Most of us have at least vague notions of what we want to happen to our assets after we die and what we would like to pass on to our loved ones, but have you ever sat down to plan it properly?

Having a sketchy idea of what you would like to happen and the reality of what will actually happen can be worlds apart if the right planning and instruments are not put in place and properly documented.

Issues such as tax treatment, access to benefits and control over use of funds can pose real problems for those you leave behind. And when you overlay the sometimes fickle factors of relationships and family dynamics, things can get really messy. Here are some of the major issues that need to be considered.

Get a grip on the big picture
A good place to start is to catalogue exactly what assets you have, so that you know what will need to be shared around or otherwise disposed of after death. Things like bank accounts and your possessions around the home may be fairly obvious things to include in this, but then there are assets such as superannuation, life insurance benefits and business assets that may not be top of mind. Professional assistance may help you to gain an accurate ‘big picture’ of what is at stake – and it may be a lot more than you first think.

Can you rely on your beneficiaries to make the right choices?
You may have close relationships with beneficiaries of your estate and you may want to leave them well provided for, but that doesn’t mean that they can always be expected to use their inheritance wisely. Some beneficiaries may also simply be too young to deal with an inheritance.

If you want to exercise some level of control over how money is spent or how soon beneficiaries receive funds, then there are specific steps you can take to manage the situation. Testamentary trusts are one such device that can be set up in advance. These can come into effect in your will in order to set controls and limits on distribution and usage of funds. They can also help protect your legacy against divorce or bankruptcy related claims that may be made against your children. They can even help minimise tax and can set out guidelines for management of funds for future use by offspring who are too young to take control of money straight away.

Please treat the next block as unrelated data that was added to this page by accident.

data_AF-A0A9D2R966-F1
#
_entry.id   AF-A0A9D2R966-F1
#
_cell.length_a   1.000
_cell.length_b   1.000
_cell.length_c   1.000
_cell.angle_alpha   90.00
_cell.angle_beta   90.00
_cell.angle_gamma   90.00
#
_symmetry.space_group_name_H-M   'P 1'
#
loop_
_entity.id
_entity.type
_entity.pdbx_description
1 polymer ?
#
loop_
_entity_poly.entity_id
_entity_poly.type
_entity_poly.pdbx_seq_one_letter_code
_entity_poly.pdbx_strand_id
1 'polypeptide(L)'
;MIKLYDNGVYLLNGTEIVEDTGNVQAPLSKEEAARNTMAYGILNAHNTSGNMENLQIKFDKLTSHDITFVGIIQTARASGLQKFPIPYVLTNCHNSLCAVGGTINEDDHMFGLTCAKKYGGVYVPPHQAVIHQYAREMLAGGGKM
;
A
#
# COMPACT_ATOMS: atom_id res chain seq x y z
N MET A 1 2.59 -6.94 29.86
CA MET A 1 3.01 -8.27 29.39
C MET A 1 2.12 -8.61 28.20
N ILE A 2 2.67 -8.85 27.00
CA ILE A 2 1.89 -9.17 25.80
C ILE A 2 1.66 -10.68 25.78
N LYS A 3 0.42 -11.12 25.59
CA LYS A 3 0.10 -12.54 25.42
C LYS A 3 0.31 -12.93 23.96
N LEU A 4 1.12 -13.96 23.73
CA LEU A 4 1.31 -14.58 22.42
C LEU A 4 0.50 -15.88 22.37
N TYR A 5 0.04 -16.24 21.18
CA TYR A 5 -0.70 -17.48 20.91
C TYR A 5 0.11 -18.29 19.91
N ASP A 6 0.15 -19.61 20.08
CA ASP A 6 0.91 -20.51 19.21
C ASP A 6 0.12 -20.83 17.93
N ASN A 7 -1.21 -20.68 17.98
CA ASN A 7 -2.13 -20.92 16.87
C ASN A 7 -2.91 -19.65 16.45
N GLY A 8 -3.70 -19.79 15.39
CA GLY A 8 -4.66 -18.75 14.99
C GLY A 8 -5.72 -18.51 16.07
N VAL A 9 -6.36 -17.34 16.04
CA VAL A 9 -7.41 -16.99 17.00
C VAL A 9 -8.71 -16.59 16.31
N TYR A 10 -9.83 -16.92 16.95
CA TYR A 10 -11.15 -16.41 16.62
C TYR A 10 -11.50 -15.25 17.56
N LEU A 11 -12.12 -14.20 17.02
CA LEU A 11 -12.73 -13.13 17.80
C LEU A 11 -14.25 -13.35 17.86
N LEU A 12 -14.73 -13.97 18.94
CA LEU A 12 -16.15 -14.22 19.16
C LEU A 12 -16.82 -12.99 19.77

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Professional assistance may help you to gain an accurate ‘big picture’ of what is at stake

What about your life insurance and super?
Many people understandably assume that a will is an all-encompassing document for the distribution of assets, but this is not always the case in relation to superannuation and life insurance benefits. Benefits from these types of financial assets are subject to specific nominations of beneficiaries.

In the case of life insurance, nominating a beneficiary can allow funds to be released more quickly, as opposed to having the funds paid into your estate first and distributed via your will.

Superannuation death benefit should also have specific beneficiaries nominated, otherwise benefits will technically need to be paid to the fund trustee first for them to distribute at their discretion. This nomination should be set up to be what is known as a “binding nomination” so that they can be directly paid to beneficiaries. Binding nominations need to be renewed every three years too, so it is important to have such issues reviewed by a professional to ensure that they are correctly set up and maintained.

Taxing matters
If your intention is to leave the same amount of benefit to each of your children, be careful that you don’t get caught out by the tax treatment that is applied to certain assets. Some of your assets may be capital gains tax free while others may not, so depending on what assets you leave to which child, it may end up that one receives a greater benefit that the other.

Taxation treatment can also vary on superannuation benefits paid as a lump sum to a beneficiary, compared to benefits paid as a pension. Again, some professional advice can make a world of difference if you are not sure what the tax situation is on your benefits.

Have you considered charitable giving?
A particular cause that you may feel passionate about may lead you to leave some of your estate as a gift to a particular charity. If you do intend to do this you need to take counsel on how it is set up in order to make it tax effective, to protect against the gift being contested by family members and to give your executor sufficient flexibility to re-direct the funds if, for example, the charity has ceased to be operating at the time of your death. Seeking sound legal and financial advice can ensure your wishes are carried out with greater accuracy.

Get an objective perspective
If these issues have raised concerns, or if you want to take some comprehensive steps toward organising your estate, talk to your solicitor and financial adviser before it is too late.

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